Get The Inside Scoop On Section 8 With These 3 Facts
(WatchdogReport.org) – There are many myths and pieces of outdated information circulating about Section 8 housing, what it is, and who is eligible for it. As housing prices soar, many families need to make use of Section 8 housing for the first time. Section 8 is a program to help low-income families afford housing. It’s also known as the Housing Choice Vouchers Program.
Who Can Qualify for Section 8 Vouchers?
Your family’s location and income are the main qualifiers for Section 8 housing vouchers. As a general rule, families who are eligible make under 50 percent of the area’s median income, adjusted for family size. Additionally, 75 percent or more of the Section 8 vouchers Public Housing Authority (PHA) distributes must go to those who make under 30 percent of the median income for the area.
Section 8 vouchers are largely location-dependent as well. Each local Public Housing Authority has its own allocation rules. For example, in some areas, active or former members of the military, senior citizens, and disabled people may get prioritized. Some will give priority to families that are already unhoused or ready to become unhoused if they can’t find an affordable option.
Only those with eligible immigration status and United States citizens are eligible for these types of housing vouchers.
Section 8 Vouchers: How Do They Work?
Certain landlords have chosen to accept Section 8 vouchers, and those families approved for Section 8 housing may pick from those properties. Section 8 vouchers provide specific payment amounts, typically set based on cost of living standards and by the state, applicable to what a family of each size needs. If the family wants to live in a residence that costs more than the voucher, they’re responsible for the amount exceeding the voucher. They will pay the landlord directly (just like regular rent) and the Section 8 voucher goes directly to the landlord.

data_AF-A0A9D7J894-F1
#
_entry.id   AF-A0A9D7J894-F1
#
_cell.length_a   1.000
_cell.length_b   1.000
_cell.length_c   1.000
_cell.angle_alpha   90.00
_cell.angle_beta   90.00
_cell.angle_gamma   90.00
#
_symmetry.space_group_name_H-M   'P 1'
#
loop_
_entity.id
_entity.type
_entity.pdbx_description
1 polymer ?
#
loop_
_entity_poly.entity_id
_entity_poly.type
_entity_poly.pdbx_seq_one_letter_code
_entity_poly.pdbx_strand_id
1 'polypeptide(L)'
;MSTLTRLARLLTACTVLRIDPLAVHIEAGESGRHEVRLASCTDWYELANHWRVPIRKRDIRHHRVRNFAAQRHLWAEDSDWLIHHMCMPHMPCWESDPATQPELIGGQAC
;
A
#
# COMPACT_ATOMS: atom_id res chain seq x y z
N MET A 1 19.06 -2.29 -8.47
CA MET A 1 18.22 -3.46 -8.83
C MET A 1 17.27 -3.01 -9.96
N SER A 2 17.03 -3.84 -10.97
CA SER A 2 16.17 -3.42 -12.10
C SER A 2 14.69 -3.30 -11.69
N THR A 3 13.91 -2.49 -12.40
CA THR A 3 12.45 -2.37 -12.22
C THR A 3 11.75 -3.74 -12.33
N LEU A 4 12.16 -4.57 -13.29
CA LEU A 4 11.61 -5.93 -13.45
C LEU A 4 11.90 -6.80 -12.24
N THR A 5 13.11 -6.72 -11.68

A major benefit of Section 8 housing is that it permits families to stay where they need (in a certain school district or commuting distance for work), whereas other types of government housing require some more uprooting and lack of accessibility to certain needs.
For a rental property to be eligible for Section 8 occupancy, it needs to meet certain safety and health standards set by the government. Authorities perform regular inspections to ensure safety of the residents.
In some instances, a family might need to put a set percentage of their income towards rent every month, as rent requirements are based upon the income level of the family.
How to Get Section 8 Housing
Your local PHA website is the starting point for Section 8 housing needs and applications. The PHA will need some personal information (primarily income information) to determine whether you and your family are eligible for Section 8 housing. You can expect to provide:
- Social Security numbers and names for all residents
- Proof of income and/or tax forms
- Proof of any prioritization status, such as military service, disability, or more.
The Section 8 housing process isn’t easy; there are typically very long wait lists for people requesting assistance. Some states and localities will close waiting lists when there’s no real chance of them providing housing to new applicants. However, it’s useful to add yourself to the list at the first sign of real housing insecurity to minimize the time you and your family might become unhoused. This is especially true for those who may qualify for prioritization based on disability needs, for example.
If you need Section 8 housing, start the application. While you wait, apply for emergency assistance programs local to you. Your PHA is also your resource for other options, and they’re here to help.
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